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The WP fronts a look at how Sen. John McCain's call to send more troops to Iraq is more personal than most realize. His 18-year-old son has recently become a Marine. McCain almost never mentions his son publicly and did not agree to talk to the WP reporter about his family. "I get a feeling that he sometimes must think he's seeing an old movie being played back," said George "Bud" Day, who was McCain's cellmate in Vietnam. During the Vietnam War, McCain's father commanded the Pacific forces and ordered airstrikes on Hanoi even knowing that his son was imprisoned there.

The NYT looks into the prison population in the Kurdish-controlled area of Iraq, where those who are being held seem to have very little chance of ever getting out. Although the Kurdish government insists those in prison are dangerous individuals, and accuses most of being terrorists and insurgents, none have gone through any form of trial. Human Rights Watch, which estimates that there are around 2,500 people being held, is encouraging Kurdish authorities to set up some sort of commission to review the cases. The U.S. military says it has no role in the Kurdish prison system.

Meanwhile, the LAT reports that the U.S. military announced the death of six more U.S. troops in Iraq. Approximately 60 Iraqis were killed yesterday in assorted violence.

The LAT fronts word that in three high-profile cases, federal prosecutors have been trying to use anonymous Israeli government witnesses, which is raising complaints from defense attorneys who say this clearly violates the Sixth Amendment. Although courts have previously allowed witnesses to testify without revealing their identities, some experts say the difference now is that federal prosecutors want to keep even the defense attorneys in the dark.

Congressional earmarks are usually seen as a good way for lawmakers to get positive reviews from their home states, but the WSJ reports that some local officials see them as a burden and would be happy to get rid of them. As opposed to what most people think, earmarks don't usually bring extra money; "they merely dictate how agencies must spend federal money they were already counting on." This means local officials sometimes have to put aside projects they consider high priority in order to carry out what are often seen as lawmakers' pet projects.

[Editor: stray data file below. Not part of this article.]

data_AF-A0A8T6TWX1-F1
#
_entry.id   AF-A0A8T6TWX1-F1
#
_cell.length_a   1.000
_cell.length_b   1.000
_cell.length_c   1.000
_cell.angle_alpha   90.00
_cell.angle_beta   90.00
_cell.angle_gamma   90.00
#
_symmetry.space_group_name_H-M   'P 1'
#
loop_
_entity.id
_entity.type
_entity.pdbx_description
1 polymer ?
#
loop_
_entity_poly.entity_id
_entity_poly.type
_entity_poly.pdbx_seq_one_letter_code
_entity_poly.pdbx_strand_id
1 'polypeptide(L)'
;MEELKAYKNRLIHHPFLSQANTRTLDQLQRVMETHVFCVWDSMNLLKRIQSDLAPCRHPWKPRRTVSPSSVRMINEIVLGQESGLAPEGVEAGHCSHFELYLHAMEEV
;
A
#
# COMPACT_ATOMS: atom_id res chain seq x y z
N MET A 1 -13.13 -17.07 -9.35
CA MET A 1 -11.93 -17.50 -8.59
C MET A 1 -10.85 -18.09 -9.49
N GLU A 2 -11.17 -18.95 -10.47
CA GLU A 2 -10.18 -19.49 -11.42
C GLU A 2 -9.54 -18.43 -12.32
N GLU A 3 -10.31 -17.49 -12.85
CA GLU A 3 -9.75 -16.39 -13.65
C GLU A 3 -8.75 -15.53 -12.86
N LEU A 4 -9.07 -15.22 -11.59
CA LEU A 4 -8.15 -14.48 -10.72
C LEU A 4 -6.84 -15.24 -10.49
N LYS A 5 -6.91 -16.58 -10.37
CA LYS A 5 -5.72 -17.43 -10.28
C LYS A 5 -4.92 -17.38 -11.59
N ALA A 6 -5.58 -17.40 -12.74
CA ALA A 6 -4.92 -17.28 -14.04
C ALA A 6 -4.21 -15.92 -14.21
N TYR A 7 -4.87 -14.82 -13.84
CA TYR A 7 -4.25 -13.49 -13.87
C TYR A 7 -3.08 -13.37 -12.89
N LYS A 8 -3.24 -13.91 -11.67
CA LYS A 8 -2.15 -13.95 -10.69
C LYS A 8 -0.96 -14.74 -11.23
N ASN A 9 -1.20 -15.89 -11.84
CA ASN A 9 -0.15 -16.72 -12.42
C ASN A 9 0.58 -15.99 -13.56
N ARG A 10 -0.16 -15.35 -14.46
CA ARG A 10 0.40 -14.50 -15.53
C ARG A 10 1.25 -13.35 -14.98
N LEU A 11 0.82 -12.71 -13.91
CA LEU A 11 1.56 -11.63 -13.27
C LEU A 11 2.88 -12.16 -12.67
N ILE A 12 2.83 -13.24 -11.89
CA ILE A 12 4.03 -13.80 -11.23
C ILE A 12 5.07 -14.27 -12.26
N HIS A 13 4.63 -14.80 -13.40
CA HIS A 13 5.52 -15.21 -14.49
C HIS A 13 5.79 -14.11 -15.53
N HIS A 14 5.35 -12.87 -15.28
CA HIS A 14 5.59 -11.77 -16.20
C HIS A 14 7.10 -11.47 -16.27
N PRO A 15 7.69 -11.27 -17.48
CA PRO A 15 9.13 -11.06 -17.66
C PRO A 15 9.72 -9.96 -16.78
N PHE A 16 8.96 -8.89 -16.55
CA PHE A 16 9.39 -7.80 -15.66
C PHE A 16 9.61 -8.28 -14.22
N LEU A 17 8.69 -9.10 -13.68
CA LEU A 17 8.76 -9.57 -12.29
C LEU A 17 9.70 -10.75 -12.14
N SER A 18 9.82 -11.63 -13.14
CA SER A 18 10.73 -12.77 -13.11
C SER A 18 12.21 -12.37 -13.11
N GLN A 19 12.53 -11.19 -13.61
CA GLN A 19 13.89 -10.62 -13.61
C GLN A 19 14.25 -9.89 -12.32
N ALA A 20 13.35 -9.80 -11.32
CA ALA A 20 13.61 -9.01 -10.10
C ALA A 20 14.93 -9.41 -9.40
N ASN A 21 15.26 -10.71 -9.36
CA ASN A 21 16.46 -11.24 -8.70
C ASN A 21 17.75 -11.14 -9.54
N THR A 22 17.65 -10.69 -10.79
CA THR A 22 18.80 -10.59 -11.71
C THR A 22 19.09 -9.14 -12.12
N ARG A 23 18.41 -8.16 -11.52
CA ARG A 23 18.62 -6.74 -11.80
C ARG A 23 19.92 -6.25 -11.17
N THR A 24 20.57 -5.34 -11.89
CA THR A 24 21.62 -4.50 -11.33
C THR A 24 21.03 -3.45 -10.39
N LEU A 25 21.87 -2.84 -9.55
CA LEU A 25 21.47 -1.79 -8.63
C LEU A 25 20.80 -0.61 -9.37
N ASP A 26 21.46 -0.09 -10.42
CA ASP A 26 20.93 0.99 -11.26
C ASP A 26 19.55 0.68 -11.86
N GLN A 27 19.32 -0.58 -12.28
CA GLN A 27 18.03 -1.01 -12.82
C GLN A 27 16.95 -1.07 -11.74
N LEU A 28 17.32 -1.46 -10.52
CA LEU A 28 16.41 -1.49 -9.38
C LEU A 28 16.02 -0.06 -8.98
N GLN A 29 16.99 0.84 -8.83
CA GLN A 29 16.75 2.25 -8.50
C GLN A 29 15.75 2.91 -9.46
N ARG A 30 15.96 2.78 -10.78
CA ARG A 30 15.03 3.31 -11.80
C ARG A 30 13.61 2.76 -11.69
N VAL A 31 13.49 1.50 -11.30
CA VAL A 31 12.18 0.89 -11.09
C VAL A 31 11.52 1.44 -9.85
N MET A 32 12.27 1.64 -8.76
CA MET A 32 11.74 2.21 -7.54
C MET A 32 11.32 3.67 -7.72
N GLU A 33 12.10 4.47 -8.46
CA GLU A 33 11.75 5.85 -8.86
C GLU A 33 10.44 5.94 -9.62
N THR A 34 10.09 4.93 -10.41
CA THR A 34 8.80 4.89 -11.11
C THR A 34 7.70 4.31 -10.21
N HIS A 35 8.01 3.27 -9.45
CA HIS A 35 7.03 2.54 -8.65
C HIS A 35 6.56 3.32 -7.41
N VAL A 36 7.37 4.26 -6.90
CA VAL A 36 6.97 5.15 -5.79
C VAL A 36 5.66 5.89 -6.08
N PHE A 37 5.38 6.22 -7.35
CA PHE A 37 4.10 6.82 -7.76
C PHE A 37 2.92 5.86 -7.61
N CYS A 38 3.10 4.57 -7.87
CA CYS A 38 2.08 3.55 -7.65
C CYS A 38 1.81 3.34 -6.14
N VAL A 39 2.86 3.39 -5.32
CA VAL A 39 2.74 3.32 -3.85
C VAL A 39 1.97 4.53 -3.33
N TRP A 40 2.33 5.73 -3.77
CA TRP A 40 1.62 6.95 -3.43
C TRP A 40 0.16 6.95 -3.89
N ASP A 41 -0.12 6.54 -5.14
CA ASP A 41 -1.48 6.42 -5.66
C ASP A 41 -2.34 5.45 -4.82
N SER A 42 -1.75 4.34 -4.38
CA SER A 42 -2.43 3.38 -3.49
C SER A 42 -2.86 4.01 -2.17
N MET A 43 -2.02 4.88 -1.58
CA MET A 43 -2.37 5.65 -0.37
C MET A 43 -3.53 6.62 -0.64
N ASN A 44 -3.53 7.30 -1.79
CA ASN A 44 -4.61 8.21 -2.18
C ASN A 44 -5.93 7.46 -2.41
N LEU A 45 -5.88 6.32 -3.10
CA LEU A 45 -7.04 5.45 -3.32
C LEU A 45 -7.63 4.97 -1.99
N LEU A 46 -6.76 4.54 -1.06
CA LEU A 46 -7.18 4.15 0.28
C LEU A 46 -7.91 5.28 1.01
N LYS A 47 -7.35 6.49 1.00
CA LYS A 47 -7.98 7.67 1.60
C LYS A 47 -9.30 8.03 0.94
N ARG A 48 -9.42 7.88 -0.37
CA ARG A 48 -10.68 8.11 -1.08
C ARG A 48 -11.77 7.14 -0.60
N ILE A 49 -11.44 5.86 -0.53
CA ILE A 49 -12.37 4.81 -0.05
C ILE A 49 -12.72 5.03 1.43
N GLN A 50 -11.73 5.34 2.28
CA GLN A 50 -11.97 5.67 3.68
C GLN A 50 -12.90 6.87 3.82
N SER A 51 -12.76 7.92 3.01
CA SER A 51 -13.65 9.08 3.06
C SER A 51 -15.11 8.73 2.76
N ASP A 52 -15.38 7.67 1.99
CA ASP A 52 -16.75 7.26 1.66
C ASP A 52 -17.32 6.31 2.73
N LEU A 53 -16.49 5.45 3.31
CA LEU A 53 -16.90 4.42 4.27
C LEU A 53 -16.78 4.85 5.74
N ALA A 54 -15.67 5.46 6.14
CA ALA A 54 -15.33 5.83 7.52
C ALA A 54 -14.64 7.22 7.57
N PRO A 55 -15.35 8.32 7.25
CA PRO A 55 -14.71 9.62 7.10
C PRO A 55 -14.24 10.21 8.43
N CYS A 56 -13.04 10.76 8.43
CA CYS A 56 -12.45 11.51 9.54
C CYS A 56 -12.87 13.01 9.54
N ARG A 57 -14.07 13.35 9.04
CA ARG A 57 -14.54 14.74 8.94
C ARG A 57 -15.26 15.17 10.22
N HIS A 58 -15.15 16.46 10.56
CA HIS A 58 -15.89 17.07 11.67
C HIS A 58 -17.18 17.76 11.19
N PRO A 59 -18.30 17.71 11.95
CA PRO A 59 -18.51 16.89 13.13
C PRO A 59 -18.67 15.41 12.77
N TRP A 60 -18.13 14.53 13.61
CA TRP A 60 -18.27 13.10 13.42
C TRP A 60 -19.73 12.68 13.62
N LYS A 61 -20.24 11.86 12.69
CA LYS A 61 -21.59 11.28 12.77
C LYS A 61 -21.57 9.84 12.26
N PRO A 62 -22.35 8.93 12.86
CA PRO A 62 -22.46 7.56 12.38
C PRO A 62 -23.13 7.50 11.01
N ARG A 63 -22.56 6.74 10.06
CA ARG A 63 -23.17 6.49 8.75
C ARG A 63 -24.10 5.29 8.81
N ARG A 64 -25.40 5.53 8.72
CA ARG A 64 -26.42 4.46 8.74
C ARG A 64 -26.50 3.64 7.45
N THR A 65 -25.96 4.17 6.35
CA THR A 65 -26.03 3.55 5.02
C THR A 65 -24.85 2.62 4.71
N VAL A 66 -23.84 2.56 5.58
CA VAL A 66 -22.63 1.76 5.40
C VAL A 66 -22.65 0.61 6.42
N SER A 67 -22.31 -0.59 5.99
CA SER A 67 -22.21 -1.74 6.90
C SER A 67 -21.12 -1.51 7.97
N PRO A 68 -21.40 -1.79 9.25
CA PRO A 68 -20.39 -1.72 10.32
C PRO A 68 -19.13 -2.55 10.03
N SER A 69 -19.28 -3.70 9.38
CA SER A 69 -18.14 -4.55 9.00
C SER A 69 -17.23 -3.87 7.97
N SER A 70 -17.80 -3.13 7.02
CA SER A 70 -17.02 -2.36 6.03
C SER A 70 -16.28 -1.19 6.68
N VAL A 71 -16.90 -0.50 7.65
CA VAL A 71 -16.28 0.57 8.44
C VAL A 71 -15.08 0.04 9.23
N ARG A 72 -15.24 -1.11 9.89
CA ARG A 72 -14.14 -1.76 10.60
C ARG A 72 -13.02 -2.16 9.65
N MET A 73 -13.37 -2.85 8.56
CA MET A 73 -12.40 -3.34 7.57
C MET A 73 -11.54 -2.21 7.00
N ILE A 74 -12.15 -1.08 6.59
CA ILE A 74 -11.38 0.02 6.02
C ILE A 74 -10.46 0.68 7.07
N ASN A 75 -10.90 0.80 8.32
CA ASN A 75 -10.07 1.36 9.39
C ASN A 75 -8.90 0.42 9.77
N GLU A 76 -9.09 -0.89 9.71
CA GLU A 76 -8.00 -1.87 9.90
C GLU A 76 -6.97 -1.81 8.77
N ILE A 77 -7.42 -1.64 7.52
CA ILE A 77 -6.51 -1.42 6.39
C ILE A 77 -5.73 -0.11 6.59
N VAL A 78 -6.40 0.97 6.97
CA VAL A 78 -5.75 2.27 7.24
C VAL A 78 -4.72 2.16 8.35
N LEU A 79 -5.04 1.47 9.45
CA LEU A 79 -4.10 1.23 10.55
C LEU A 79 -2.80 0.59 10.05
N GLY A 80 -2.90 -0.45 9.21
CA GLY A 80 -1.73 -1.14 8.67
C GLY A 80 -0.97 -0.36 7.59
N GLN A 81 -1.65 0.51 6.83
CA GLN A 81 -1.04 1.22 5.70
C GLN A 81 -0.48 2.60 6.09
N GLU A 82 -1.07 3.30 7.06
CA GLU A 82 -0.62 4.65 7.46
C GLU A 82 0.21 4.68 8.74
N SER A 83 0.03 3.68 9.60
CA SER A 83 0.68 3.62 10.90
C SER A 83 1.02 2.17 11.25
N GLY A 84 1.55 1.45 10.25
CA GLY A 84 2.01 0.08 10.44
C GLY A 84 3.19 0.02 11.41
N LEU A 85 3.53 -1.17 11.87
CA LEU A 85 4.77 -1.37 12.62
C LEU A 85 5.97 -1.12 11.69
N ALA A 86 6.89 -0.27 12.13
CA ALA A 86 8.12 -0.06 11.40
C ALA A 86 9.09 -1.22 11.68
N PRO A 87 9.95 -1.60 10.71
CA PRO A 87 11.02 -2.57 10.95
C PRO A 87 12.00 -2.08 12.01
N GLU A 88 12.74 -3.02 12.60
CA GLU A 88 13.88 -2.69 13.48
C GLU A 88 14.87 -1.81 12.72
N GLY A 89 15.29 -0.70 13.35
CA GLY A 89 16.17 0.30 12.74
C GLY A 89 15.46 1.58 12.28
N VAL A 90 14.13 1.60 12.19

The LAT fronts a dispatch from Namibia that looks into Africa's latest cash crop: hoodia gordonii. The highly sought-after plant, which goes for $40 an ounce, is said to reduce thirst and hunger and has become an extremely popular dieting supplement. The high demand, coupled with hoodia's upcoming commercialization by Unilever, means people are scrambling to get as many plants as possible into the market. This has resulted in fake products as well as smuggling. South African officials fear organized crime might get involved. 

Yesterday, only the LAT managed to include a short wire story on the early-morning death of James Brown. Today, everybody fronts the news that the Godfather of Soul died of congestive heart failure. "You could build a case that Brown was also the 'Godfather of Disco,' the 'Godfather of Rap,' and the 'Godfather of Funk,' because his electrifying beats powered so many genres," writes Robert Hilburn in a Page One appreciation. President Bush called Brown "an American original" in a statement yesterday. According to Brown's agent, the "Hardest Working Man in Show Business" was planning on appearing in New York on New Year's Eve.

The LAT reports it won't be a very happy New Year's Eve for bars in Atlanta, and across Georgia, this year. In fact, most of them won't even be able to open. Dec. 31 falls on a Sunday and, according to Georgia law, bars aren't allowed to serve alcohol on Sundays. Georgia is one of 15 states with this law, and some places are working on making exceptions this year to allow people to celebrate the beginning of 2007.

Daniel Politi has been contributing to Slate since 2004 and wrote the Today’s Papers column from 2006 to 2009. Follow him on Twitter.